Convenience Fees and the new Internet Tax

Chances are if you have tried to use Internet banking to pay your rates, taxes, infringement notices, or anything else even slightly government related you will have noticed the following:

A x% convenience fee will be charged for using this service


A convenience fee is antonymous with how real-life economics work.

For example, consider a simple dine-in/takeaway restaurant model. The takeaways are considerably discounted over the dining-in options because takeaways are more convenient and less over-head for the business. It is less work for them – no waiters needing to attend the diner’s water supply, no nicely arranging the meal on the plate, no supplying of dishes, candles, cutlery, or table-cloths, and no clean-up required afterwards.

However, only in governmental organisations would something that reduces their administrative overhead actually cost the end-user more.

The ability to pay online means no more time wasted with bounced cheques and paper-work. It means no more keeping the money in various holding trusts before it is transferred to the destination account requiring a sign off process and inevitable fee along each step of the way.

And then there is the considerable time saved by Joe Blogs trying to making the payment.

But instead, in order to avoid the convenience fee, this involves Joe going to the approved (usually Westpac) bank to make the payment. Of course the cashier is unable to accept EFTPOS, and can only take cash or cheque. So now, (because he hasn’t used a cheque in five years) a frustrated Joe Bloggs has to retreat 15 steps and go to the bank’s own ATM, extract the money, and then hand it back to the same cashier, incurring a number of fees along the way. Joe is now grumpy, and has just wasted his lunch hour when he could instead have been doing much more exciting things with his Jo.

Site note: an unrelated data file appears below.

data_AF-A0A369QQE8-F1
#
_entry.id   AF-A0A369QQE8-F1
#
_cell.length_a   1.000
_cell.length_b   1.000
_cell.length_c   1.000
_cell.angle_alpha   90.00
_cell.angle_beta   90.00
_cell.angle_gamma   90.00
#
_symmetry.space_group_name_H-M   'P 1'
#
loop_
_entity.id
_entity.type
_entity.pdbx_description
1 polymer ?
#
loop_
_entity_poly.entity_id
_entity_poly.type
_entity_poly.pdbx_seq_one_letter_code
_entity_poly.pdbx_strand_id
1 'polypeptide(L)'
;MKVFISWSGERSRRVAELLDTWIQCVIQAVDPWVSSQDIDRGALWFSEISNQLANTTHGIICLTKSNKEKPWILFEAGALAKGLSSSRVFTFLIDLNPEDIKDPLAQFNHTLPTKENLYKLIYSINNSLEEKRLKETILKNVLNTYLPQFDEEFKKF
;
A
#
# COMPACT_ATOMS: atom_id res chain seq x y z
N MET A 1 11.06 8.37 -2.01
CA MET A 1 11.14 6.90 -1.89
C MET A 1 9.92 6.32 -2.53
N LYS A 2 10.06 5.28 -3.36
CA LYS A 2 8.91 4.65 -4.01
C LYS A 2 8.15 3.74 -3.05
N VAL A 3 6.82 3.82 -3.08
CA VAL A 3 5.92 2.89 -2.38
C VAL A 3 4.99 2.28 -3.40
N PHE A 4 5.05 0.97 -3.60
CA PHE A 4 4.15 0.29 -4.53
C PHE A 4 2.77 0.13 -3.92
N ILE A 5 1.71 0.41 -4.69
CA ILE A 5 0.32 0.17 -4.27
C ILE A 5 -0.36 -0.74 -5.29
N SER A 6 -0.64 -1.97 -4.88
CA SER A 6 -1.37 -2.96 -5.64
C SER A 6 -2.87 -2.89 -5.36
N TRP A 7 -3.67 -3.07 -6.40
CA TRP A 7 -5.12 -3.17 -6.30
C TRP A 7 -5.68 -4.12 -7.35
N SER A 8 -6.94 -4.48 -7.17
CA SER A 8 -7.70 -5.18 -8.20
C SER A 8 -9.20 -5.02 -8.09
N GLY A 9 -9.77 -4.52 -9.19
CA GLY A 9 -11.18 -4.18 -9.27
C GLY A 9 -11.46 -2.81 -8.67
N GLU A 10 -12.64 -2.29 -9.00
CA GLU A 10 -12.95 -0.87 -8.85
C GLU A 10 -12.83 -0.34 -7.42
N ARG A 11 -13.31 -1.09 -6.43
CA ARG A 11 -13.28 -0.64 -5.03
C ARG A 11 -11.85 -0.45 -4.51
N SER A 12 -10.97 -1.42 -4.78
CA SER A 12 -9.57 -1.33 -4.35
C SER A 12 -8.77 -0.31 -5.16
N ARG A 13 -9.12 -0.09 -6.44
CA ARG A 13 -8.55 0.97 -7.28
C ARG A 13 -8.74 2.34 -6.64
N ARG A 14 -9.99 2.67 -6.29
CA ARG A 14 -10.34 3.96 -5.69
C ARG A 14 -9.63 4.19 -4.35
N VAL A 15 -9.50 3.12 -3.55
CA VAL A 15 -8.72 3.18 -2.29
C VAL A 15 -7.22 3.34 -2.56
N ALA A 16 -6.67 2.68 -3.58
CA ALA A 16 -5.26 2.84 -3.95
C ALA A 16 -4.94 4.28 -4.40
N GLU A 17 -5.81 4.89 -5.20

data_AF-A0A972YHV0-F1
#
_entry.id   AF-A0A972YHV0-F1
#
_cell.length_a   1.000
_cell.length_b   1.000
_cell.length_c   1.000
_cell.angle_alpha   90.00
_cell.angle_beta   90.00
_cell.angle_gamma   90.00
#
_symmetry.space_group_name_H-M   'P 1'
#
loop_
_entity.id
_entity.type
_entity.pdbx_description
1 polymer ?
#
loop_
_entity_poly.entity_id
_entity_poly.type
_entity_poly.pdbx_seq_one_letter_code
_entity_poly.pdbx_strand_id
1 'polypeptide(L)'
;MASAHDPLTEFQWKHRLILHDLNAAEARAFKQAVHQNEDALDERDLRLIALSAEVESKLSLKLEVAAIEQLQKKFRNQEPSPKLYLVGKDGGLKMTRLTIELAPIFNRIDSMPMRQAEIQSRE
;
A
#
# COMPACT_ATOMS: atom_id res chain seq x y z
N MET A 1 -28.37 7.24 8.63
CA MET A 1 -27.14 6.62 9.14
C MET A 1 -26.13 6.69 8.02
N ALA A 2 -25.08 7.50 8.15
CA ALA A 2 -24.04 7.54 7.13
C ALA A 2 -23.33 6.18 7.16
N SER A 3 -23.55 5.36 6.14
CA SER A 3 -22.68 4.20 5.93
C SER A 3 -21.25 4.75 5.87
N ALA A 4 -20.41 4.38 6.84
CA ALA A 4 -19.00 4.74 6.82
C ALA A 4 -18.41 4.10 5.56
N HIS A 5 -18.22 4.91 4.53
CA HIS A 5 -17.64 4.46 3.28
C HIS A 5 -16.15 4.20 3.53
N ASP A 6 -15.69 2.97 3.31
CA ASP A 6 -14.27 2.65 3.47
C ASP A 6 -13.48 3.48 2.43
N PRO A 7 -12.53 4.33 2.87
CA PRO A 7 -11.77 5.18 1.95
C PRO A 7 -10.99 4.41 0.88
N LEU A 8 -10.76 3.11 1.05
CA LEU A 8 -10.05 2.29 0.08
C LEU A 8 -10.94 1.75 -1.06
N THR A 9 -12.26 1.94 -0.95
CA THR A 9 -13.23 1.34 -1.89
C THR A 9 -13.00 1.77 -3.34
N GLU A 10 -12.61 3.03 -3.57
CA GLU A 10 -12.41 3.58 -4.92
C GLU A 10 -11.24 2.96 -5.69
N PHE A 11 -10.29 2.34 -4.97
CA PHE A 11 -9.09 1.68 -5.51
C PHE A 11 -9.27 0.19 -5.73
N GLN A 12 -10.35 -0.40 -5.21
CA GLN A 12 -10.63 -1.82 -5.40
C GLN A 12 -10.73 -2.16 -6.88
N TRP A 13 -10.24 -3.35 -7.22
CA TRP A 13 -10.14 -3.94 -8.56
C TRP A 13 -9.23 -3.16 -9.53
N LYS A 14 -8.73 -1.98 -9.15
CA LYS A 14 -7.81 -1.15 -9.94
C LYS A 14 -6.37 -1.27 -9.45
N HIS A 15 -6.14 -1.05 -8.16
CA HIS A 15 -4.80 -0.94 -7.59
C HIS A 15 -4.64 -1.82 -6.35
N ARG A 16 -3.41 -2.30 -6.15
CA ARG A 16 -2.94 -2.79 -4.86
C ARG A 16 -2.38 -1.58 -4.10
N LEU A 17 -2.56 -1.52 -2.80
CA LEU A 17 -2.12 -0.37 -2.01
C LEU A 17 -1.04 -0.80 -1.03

This process is not very productive for anyone. Yet change-aversive bureaucratic dinosaurs are doing their best to deter a much more clean and efficient solution.

And then to add further salt to the wound the convenience fee is calculated as a percentage of the sum paid. What possible justification is there for this?

Not even banks charge us transaction fees based on the percentage of our purchase. An electronic payment of $300.00, does not incur any more processing costs than a payment of $3.00, in the same way that our hard drives do not get heavier when we fill them with photos.

A convenience fee is little more than a thinly disguised tax. It is a new revenue source, an Internet tax – the cyber version of GST.

What I would like to know is, currently who is the recipient of this new tax money? The bank? The IT department? The council? The government? Is it treated as extra revenue and taxed accordingly?

Is this even legal?

And if I sell a wardrobe on Trademe can I also charge a 3% convenience fee when the successful bidder comes to pick it up instead of me posting it?

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One Response to Convenience Fees and the new Internet Tax

  1. David says:

    I agree. It is convenient to them they should pay.

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